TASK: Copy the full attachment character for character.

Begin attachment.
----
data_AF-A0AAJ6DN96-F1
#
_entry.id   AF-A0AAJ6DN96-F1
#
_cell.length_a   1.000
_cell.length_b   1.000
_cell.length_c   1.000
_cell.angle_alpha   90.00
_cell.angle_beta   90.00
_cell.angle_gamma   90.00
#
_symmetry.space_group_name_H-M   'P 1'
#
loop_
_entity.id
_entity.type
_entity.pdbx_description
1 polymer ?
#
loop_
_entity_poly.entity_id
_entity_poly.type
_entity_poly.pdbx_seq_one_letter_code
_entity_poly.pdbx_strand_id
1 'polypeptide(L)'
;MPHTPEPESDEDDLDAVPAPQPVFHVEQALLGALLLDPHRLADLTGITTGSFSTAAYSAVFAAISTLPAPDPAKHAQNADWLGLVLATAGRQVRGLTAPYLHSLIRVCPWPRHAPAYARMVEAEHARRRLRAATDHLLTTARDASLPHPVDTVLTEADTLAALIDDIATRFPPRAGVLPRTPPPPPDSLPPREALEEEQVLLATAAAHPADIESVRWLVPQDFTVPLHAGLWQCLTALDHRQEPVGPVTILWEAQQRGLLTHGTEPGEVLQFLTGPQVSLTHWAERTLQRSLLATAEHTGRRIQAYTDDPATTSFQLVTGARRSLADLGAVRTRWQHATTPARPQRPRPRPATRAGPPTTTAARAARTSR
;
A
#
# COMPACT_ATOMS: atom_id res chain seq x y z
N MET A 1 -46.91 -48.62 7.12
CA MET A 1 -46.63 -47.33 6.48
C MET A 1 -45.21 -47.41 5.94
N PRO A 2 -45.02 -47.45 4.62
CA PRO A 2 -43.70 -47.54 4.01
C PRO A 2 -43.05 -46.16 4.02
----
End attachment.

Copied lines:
data_AF-A0AAJ6DN96-F1
#
_entry.id   AF-A0AAJ6DN96-F1
#
_cell.length_a   1.000
_cell.length_b   1.000
_cell.length_c   1.000
_cell.angle_alpha   90.00
_cell.angle_beta   90.00
_cell.angle_gamma   90.00
#
_symmetry.space_group_name_H-M   'P 1'
#
loop_
_entity.id
_entity.type
_entity.pdbx_description
1 polymer ?
#
loop_
_entity_poly.entity_id
_entity_poly.type
_entity_poly.pdbx_seq_one_letter_code
_entity_poly.pdbx_strand_id
1 'polypeptide(L)'
;MPHTPEPESDEDDLDAVPAPQPVFHVEQALLGALLLDPHRLADLTGITTGSFSTAAYSAVFAAISTLPAPDPAKHAQNADWLGLVLATAGRQVRGLTAPYLHSLIRVCPWPRHAPAYARMVEAEHARRRLRAATDHLLTTARDASLPHPVDTVLTEADTLAALIDDIATRFPPRAGVLPRTPPPPPDSLPPREALEEEQVLLATAAAHPADIESVRWLVPQDFTVPLHAGLWQCLTALDHRQEPVGPVTILWEAQQRGLLTHGTEPGEVLQFLTGPQVSLTHWAERTLQRSLLATAEHTGRRIQAYTDDPATTSFQLVTGARRSLADLGAVRTRWQHATTPARPQRPRPRPATRAGPPTTTAARAARTSR
;
A
#
# COMPACT_ATOMS: atom_id res chain seq x y z
N MET A 1 -46.91 -48.62 7.12
CA MET A 1 -46.63 -47.33 6.48
C MET A 1 -45.21 -47.41 5.94
N PRO A 2 -45.02 -47.45 4.62
CA PRO A 2 -43.70 -47.54 4.01
C PRO A 2 -43.05 -46.16 4.02